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coal ash

Across the country, communities near retiring coal plants are breathing collective sighs of relief. Closures, however, raise vexing questions about the millions of tons of toxic waste that may lie beneath the surface. Over decades, most plants have buried battleship-sized deposits of coal ash in landfills and lagoons near their plants. In the absence of federal mandates, utilities may leave behind a leaking legacy of deadly pollution, even after the belching stacks are long gone.

On Tuesday, Virginia attorney Ted G. Yoakam, representing nearly 400 people living near the Battlefield Golf Club in Chesapeake, refiled a lawsuit against Dominion Virginian Power, MJM Golf LLC (the owner of the golf course) and two additional parties involved in building the course, requesting more than $2 billion in damages. 

Secretary of State Hillary Clinton, along with EPA administrator Lisa Jackson, announced a program, Climate and Clean Air Coalition, today to reduce methane, soot and other pollutants. The United States is jumpstarting the program by contributing $12 million over the next two years.

"By focusing on these pollutants, how to reduce them and, where possible, to use them for energy, people will see results," Clinton said at a news conference today in Washington D.C.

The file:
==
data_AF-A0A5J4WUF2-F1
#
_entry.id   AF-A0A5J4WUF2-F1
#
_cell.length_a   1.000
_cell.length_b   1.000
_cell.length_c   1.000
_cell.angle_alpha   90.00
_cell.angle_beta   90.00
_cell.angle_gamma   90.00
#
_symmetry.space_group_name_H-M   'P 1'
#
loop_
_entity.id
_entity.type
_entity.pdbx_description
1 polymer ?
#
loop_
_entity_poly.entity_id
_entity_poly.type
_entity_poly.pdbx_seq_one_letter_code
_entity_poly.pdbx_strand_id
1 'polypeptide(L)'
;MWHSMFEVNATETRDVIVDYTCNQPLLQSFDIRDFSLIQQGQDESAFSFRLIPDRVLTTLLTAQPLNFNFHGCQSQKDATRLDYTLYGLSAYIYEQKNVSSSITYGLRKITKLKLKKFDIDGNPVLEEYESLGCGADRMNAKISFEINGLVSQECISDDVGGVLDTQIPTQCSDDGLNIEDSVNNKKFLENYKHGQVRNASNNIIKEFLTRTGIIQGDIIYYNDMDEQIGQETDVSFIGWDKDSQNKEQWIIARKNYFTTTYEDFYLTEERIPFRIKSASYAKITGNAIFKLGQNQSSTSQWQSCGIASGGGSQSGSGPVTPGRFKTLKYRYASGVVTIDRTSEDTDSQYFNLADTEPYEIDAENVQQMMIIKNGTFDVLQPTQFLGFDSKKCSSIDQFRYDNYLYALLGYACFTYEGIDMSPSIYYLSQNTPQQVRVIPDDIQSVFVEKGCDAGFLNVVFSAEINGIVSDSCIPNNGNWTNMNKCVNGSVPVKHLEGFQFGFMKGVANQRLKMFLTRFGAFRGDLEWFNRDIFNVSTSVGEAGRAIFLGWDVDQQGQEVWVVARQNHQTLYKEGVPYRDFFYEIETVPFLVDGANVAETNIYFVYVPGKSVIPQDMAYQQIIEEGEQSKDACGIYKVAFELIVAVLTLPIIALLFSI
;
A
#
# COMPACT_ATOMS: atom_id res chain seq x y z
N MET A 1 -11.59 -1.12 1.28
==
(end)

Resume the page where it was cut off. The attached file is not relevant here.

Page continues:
The Environmental Protection Agency (EPA) has been sitting on a proposed coal ash standard for nearly 15 months. Without environmental standards for protection from this toxic waste, 54 residents of Perry County, AL had little recourse but to file a civil rights complaint alleging discrimination against the Alabama Department of Environmental Management (ADEM), citing them in violation of Title VI of the Civil Rights Act of 1964.

While much has been made of the $535 million loan guarantee made to the failed Solyndra Corporation in 2009 to encourage alternative energy, you may have missed the court decision this week, halting expansion plans for a Kansas coal plant facing similar problems.

The ruling underscores how deadbeat coal plants can be even more costly for taxpayers.

When an environmental organization tells you the age of coal is over, it’s fair to dismiss that as mere wishful thinking.

But when an international economic magazine says the same thing, people sit up and pay attention.

While the cradle-to-grave impacts of coal are well documented, the fact remains that coal still provides 45 percent of the nation’s power. But coal's dominance is decreasing as new sources of power come online and energy efficiency improves.

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